July 2018 - NLRB Issues Memo on Employer Handbook Rules

Author: Robert S. Teachout, XpertHR Legal Editor
June 11, 2018

Guidance from the National Labor Relations Board (NLRB) gives employers more latitude in drafting workplace rules, including rules regarding workplace civility. A memo from NLRB General Counsel Peter Rob directs regional directors to shift the presumption about whether a work rule violates the National Labor Relations Act (NLRA) in favor of employers. The memo was issued to provide guidance on the standards to use in reviewing work rules following the NLRB's Boeingdecision in December 2017.

In the memo, Robb noted that the Boeing decision criticized and loosened the previous standard for reviewing facially neutral work rules. Those standards prohibited any rule if it could be interpreted as covering protected activities, as opposed to prohibiting only rules that would be so interpreted.

Under the new standard:

  • Ambiguities in facially neutral rules are no longer interpreted against the employer; and
  • Generalized provisions are not to be interpreted as banning all activity that could conceivably be included.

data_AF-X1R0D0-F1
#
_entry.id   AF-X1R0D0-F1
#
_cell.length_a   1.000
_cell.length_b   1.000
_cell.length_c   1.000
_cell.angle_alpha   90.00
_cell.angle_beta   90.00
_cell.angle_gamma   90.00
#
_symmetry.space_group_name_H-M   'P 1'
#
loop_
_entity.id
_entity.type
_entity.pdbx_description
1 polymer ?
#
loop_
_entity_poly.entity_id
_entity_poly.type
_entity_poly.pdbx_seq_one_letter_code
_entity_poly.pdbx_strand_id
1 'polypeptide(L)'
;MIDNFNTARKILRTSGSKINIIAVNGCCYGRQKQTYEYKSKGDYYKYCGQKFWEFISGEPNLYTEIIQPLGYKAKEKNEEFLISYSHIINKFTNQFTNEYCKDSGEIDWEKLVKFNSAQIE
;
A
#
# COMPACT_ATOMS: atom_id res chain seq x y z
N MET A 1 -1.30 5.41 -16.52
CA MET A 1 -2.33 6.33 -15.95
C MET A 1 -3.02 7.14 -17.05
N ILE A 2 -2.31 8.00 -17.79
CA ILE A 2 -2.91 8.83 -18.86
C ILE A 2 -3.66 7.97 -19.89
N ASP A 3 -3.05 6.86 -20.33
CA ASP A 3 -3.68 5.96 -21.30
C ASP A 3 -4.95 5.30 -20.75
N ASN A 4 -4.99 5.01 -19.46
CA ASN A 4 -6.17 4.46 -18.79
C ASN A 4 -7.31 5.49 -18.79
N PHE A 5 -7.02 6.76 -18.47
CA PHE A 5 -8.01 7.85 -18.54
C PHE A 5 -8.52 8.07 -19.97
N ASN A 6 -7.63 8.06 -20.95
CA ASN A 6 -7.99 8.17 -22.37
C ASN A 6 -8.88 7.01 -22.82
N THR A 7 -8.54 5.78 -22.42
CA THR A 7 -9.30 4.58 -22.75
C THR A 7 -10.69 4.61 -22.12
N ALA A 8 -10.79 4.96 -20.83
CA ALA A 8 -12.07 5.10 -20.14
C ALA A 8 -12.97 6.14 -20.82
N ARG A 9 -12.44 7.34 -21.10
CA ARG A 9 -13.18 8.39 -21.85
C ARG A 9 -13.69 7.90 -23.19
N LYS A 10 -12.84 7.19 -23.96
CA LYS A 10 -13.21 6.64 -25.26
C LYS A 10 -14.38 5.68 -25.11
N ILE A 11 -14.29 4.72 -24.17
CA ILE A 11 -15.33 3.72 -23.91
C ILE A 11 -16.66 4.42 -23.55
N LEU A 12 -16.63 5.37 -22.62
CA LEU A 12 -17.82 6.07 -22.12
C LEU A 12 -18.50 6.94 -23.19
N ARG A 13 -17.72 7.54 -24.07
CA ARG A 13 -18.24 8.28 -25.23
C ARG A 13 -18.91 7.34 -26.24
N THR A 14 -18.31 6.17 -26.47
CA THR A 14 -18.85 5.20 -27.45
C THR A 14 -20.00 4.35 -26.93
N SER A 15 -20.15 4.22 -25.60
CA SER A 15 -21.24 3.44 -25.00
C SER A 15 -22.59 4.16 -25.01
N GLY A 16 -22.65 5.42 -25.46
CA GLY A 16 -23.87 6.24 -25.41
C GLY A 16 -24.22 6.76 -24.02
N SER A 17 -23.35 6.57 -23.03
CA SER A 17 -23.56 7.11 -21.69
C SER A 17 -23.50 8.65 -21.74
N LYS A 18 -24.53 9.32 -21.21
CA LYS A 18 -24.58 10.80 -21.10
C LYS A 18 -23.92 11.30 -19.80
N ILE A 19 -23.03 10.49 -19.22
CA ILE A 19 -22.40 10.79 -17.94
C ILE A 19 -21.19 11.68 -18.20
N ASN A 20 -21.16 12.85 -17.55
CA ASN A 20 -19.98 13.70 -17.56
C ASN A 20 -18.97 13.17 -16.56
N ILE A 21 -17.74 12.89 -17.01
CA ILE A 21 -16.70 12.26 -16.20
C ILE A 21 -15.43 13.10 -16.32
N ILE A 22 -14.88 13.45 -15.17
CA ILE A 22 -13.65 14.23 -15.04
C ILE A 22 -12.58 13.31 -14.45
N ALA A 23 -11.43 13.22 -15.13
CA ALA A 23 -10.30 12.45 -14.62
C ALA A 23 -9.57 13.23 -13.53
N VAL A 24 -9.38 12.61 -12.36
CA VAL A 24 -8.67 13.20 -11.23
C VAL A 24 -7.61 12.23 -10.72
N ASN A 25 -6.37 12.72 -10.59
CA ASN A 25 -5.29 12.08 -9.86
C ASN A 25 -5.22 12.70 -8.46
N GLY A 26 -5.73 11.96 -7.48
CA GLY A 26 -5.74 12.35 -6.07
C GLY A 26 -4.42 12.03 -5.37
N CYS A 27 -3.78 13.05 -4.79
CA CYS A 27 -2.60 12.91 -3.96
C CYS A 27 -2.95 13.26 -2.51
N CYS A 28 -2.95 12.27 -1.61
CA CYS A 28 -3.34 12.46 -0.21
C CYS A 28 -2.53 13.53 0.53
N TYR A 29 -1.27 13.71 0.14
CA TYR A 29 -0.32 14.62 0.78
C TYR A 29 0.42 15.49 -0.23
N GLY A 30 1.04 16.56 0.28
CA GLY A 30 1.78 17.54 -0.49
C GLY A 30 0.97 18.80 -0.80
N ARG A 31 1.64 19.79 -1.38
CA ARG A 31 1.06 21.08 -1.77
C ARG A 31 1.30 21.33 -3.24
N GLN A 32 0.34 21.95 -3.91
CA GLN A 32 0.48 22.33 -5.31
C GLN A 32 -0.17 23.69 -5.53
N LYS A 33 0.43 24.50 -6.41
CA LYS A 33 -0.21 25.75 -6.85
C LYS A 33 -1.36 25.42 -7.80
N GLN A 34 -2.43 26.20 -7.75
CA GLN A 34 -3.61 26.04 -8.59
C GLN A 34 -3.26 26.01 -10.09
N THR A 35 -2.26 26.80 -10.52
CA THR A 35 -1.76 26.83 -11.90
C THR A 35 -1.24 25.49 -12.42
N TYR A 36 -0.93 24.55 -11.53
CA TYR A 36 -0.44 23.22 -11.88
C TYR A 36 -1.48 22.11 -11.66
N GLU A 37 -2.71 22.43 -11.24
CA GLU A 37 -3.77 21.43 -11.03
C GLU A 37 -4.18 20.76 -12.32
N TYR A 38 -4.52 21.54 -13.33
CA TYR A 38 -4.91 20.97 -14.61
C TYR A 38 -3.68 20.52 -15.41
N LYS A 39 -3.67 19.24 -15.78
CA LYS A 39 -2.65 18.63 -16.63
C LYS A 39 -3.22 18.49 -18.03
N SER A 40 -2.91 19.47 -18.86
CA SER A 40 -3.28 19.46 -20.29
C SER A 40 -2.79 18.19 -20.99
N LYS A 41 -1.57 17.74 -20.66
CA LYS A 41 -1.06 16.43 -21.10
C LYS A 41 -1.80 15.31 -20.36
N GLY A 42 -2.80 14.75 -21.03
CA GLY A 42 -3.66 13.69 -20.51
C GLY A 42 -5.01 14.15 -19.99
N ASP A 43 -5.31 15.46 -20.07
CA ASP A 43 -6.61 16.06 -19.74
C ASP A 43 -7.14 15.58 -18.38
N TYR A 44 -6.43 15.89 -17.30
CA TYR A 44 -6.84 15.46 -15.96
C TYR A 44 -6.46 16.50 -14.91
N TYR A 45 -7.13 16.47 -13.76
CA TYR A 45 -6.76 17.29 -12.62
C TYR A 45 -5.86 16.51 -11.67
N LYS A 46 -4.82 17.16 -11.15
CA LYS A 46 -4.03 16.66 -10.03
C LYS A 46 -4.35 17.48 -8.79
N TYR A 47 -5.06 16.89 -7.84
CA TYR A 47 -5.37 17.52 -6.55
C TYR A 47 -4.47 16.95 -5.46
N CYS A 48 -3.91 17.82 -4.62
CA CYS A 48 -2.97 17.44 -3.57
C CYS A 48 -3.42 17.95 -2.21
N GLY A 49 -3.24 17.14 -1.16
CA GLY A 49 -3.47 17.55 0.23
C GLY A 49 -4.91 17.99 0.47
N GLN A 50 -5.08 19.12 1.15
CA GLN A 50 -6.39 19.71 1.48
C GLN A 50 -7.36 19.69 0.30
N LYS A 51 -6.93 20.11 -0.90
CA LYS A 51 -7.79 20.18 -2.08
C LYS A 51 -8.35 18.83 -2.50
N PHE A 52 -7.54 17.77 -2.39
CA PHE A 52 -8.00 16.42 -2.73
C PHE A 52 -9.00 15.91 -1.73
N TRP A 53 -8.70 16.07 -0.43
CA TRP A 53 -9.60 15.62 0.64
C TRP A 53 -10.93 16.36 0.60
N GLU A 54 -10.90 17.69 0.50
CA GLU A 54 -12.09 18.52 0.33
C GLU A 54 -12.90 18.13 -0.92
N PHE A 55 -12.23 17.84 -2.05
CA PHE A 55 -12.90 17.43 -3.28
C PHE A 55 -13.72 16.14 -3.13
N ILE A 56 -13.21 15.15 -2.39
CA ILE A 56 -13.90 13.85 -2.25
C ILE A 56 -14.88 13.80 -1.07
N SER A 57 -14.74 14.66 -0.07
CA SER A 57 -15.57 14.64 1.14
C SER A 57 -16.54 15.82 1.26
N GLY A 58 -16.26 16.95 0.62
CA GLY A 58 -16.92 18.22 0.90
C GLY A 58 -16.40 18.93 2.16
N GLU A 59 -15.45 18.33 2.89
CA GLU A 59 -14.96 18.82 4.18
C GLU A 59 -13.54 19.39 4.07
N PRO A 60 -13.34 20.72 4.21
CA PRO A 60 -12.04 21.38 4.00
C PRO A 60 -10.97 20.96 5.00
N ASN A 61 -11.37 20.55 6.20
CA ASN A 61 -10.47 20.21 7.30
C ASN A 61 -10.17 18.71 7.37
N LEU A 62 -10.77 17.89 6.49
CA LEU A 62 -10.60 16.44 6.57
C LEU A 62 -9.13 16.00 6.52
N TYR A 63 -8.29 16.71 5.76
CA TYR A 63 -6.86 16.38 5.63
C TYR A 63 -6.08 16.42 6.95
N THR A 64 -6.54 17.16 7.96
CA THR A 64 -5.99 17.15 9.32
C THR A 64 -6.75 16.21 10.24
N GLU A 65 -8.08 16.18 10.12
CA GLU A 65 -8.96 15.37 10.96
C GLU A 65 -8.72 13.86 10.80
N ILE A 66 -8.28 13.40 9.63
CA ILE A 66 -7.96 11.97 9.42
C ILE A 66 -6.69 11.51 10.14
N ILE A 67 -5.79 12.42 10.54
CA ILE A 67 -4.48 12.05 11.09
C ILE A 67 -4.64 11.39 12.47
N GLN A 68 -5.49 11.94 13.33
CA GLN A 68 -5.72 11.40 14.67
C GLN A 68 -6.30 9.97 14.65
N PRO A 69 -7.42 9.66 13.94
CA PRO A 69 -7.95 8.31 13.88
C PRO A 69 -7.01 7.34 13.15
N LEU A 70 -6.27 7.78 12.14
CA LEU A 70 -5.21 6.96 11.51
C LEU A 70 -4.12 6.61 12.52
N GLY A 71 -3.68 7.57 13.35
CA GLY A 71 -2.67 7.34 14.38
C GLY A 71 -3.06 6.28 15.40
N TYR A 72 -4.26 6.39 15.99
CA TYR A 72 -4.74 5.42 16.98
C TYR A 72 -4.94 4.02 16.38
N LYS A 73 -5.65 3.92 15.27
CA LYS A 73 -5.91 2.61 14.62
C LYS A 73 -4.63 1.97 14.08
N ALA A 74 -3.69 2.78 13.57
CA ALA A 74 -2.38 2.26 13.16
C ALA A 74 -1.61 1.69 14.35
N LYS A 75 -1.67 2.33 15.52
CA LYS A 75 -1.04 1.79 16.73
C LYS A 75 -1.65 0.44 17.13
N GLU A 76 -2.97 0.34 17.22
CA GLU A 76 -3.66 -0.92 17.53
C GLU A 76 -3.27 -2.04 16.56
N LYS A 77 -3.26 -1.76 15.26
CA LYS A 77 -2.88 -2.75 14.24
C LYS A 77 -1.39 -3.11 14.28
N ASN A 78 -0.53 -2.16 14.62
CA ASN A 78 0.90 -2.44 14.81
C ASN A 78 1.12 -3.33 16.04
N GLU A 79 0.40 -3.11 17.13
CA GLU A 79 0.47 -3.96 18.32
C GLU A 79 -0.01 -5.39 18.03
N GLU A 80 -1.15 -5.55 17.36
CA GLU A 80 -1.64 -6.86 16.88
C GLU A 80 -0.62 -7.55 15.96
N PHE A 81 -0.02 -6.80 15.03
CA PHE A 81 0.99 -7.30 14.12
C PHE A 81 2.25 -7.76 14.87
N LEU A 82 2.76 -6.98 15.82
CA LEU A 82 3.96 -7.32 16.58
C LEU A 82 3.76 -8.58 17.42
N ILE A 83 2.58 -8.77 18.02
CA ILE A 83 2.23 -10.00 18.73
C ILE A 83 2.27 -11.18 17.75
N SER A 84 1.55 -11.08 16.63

• The guidance also points out, however, that a neutral handbook rule does not render protected activity unprotected. Employers' rules and how they are enforced still may run afoul of the NLRA in some instances, specifically:
    • The Boeing decision was one of several issued in December during the final week of a Republican majority on the Board led by then-Chairman Phillip Miscimarra, who retired immediately thereafter. The Board was split 2-2 between Democrats and Republicans until April, when John Ring was confirmed and appointed as the new Chairman.
    • Rules that specifically ban protected concerted activity, or that are promulgated directly in response to organizing or other protected concerted activity, remain unlawful; and
    • Application of a facially neutral rule against employees engaged in protected concerted activity is still unlawful.
    • The Boeing decision was one of several issued in December during the final week of a Republican majority on the Board led by then-Chairman Phillip Miscimarra, who retired immediately thereafter. The Board was split 2-2 between Democrats and Republicans until April, when John Ring was confirmed and appointed as the new Chairman.

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